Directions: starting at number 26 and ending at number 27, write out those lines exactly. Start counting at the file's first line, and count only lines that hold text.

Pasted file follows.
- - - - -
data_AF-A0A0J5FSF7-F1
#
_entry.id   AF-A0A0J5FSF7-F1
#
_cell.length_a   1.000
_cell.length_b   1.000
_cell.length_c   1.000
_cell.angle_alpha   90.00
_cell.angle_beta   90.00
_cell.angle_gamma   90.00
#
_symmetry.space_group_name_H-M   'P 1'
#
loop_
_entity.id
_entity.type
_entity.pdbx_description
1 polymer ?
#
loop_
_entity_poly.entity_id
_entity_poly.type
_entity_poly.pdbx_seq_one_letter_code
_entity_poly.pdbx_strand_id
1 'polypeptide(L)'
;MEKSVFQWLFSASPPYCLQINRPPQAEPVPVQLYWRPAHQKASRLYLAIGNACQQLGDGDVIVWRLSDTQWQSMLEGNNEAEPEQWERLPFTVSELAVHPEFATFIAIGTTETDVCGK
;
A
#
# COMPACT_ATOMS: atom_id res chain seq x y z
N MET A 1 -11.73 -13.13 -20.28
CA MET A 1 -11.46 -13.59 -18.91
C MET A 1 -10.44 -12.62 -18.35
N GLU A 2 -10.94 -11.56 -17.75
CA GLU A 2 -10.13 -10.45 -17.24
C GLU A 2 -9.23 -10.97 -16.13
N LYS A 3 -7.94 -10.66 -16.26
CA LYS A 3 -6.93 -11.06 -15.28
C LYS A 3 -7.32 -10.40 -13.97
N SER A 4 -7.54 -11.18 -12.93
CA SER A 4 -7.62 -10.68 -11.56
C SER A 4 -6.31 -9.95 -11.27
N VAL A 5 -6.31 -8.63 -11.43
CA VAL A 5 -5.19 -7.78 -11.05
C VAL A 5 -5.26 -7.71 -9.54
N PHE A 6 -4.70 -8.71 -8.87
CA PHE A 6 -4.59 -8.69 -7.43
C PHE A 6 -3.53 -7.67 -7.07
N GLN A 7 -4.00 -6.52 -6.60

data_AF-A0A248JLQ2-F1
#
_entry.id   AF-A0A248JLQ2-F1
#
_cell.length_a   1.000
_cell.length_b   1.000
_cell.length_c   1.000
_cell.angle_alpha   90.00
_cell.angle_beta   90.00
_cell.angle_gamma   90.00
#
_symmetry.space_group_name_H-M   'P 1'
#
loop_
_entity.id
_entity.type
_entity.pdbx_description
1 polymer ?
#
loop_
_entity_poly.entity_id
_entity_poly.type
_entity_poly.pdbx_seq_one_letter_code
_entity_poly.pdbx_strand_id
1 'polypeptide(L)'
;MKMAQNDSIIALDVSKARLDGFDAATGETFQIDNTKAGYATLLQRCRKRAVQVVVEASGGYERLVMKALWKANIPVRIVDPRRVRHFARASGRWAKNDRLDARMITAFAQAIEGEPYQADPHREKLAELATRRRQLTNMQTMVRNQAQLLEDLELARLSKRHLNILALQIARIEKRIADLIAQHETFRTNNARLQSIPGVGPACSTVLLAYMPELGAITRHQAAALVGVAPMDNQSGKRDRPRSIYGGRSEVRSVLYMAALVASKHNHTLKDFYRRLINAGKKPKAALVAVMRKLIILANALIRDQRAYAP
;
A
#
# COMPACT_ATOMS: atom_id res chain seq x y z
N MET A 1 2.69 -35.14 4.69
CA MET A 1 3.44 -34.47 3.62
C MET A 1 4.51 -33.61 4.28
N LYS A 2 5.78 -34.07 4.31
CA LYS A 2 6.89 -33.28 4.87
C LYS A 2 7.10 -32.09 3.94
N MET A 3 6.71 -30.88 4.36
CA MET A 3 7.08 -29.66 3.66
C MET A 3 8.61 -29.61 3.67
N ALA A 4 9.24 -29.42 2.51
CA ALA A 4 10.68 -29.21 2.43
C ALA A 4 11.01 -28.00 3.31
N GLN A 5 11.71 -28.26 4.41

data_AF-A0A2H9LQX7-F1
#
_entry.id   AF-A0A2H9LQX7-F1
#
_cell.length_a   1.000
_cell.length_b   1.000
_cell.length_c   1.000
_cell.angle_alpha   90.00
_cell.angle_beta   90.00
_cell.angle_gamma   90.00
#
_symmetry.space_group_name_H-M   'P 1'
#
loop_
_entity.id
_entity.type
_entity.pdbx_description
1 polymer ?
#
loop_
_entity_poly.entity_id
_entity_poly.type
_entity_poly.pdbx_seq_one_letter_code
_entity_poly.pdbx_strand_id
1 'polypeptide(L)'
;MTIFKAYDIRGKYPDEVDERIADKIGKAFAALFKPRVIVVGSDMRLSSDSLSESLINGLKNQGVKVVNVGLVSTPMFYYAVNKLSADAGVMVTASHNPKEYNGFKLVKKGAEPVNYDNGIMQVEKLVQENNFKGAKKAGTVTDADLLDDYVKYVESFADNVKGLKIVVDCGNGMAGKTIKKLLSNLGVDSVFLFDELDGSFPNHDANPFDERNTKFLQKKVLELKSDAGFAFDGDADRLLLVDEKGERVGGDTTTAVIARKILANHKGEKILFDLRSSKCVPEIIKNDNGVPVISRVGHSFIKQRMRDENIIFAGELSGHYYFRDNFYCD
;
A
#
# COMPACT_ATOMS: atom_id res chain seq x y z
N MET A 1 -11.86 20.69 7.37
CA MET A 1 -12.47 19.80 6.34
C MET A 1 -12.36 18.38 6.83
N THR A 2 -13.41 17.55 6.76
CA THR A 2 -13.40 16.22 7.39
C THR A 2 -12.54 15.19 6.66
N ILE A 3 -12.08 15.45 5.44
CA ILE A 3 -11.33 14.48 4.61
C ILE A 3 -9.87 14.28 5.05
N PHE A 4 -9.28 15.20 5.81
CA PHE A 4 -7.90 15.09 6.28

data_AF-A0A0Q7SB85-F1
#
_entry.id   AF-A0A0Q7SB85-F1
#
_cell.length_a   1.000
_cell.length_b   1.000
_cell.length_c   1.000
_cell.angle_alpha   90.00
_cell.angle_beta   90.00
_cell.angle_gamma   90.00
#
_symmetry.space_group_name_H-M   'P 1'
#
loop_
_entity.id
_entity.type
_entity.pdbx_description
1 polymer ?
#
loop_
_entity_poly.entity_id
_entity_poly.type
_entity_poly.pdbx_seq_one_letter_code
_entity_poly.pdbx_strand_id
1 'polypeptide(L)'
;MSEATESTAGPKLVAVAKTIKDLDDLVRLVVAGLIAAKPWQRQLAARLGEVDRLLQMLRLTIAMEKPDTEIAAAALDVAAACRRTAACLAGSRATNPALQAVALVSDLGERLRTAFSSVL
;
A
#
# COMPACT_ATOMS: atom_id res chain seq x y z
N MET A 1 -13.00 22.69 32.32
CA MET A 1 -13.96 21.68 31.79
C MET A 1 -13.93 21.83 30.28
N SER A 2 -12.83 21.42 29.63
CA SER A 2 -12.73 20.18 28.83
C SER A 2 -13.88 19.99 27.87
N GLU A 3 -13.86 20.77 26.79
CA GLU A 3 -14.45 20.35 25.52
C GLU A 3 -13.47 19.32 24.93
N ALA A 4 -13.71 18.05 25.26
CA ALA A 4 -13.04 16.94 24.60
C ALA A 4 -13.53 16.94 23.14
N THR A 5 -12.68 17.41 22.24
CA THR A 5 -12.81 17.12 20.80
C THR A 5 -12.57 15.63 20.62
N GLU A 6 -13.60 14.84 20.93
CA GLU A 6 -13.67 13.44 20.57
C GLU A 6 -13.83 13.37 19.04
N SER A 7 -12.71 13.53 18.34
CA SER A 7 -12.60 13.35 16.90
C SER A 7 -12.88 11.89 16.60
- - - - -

;MEKSVFQWLFSASPPYCLQINRPPQAEPVPVQLYWRPAHQKASRLYLAIGNACQQLGDGDVIVWRLSDTQWQSMLEGNNEAEPEQWERLPFTVSELAVHPEFATFIAIGTTETDVCGK
;